• Using spectrofluorimeter and flow cytometry, a third study found that this complex has both:
– Anti-platelet activity (inhibits platelet aggregation by reducing calcium release),
– Anti-thrombotic activity (inhibits clotting by reducing intercellular adhesion molecule-1)
– And anti-apoptotic activity (prevents programmed cell death by inhibiting a specific pathway).
All these activities, the researchers conclude, were “remarkably regulated.”
Earthworms have a long history in folk medicine – as far back as the 1300’s.
• In ancient Burma and Laos, smallpox victims bathed in water where earthworms had been soaked.
• Worms were boiled in water with salt and onions and the broth given to women with postpartum weakness or difficulty nursing.
• In Iran dried earthworms were prescribed to help treat jaundice,
• And American Cherokee Indians used earthworm poultices to draw out thorns.
• According to the most famous ancient Chinese materia medica, earthworms could treat hemiplegia (a condition where half of the body is paralyzed), fever, and blood clots.
Worms produce unique and potent molecules.
One of my first research papers proved that earthworms have an immune system powerful enough to destroy other earthworm allografts and xenografts, but never autografts (an autograft is your own body’s graft; allograft is a graft of foreign material from your own species; and a xenograft is a graft from another species, such as a pig heart valve into a human).
Earthworms can kill bacteria and lyse (dissolve or destroy) foreign cells; their body fluid contains leukocytes (white blood cells that defend against infection & foreign sustances) that are as varied as those of many vertebrates. This is in spite of the fact that, unlike us, earthworms have no adaptive or pathogen-specific immune system, and do not form antibodies.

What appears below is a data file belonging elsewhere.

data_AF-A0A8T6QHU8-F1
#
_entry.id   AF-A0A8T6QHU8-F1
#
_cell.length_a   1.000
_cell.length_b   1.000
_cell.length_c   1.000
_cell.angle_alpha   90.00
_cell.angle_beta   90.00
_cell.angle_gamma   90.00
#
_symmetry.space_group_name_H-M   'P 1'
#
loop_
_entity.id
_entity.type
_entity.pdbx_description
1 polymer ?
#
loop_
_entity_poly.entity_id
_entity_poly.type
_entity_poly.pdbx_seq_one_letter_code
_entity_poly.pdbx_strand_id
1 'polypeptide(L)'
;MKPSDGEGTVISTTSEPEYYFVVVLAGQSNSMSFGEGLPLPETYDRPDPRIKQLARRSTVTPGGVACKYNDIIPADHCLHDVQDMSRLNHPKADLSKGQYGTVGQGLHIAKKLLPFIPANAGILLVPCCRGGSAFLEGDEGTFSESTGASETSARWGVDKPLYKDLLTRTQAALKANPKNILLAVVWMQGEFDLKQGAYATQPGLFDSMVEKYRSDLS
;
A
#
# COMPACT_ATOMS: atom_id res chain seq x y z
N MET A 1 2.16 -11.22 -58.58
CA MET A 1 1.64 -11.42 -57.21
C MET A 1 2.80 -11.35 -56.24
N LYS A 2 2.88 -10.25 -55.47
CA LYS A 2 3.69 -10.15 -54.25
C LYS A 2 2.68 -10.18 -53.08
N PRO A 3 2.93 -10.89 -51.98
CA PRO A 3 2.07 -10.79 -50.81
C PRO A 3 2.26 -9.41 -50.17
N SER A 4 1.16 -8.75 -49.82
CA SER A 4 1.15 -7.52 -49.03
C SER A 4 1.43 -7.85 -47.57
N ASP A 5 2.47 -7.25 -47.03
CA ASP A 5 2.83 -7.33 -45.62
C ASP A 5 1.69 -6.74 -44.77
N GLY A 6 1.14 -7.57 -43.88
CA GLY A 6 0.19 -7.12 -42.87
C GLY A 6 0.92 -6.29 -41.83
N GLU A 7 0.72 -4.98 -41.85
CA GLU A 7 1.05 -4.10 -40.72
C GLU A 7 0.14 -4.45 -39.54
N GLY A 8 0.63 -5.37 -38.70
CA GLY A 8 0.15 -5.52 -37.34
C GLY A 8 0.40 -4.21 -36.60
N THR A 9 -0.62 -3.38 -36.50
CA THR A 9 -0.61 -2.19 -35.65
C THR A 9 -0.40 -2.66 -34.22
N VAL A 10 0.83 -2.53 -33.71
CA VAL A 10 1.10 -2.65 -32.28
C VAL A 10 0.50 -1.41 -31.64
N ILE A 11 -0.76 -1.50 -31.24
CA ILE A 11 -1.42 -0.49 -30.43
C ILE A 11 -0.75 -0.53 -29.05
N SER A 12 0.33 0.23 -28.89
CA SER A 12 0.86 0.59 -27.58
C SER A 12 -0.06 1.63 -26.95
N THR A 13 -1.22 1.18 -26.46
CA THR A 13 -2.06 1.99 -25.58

Earthworms happily crawl and munch their way through garbage teeming with bacteria and fungi, and not only fight off infection but alter that garbage so that their nitrogen and mineral-rich castings transform it into fertile, oxygen-rich soil. And, as practically every curious child knows, you can slice some earthworms and they will regenerate.
In the last ten years a number of the earthworm’s clot-dissolving, lytic and immune-boosting compounds have been isolated and tested in laboratory and clinical studies.
In particular, research has focused on clot-dissolving molecules. Fibrinolytic enzymes have been purified and studied from several species of earthworm, including Lumbricus rubellas and Eisenia fetida, and been found to be both potent and safe.
This is very good news, since according to a 2008 conference report from the American Society of Hematology, thromboembolism impacts over one million Americans a year and is responsible for more deaths annually than breast cancer, HIV and motor vehicle crashes combined!
The Key to Lumbrokinase: Active Only in the Presence of Fibrin
Lumbrokinase (LK) is a group of six novel proteolytic enzymes derived from the earthworm Lumbricus rubellas. In a 1992 study, a crude extract of the worm was shown to have a potent thrombolytic effect. The heat-stable, purified enzymes were first isolated in 1992 by Japanese researchers. The enzymes:
• Have potent fibrin-dissolving properties (fibrin is a protein deposited to create a mesh around a wound),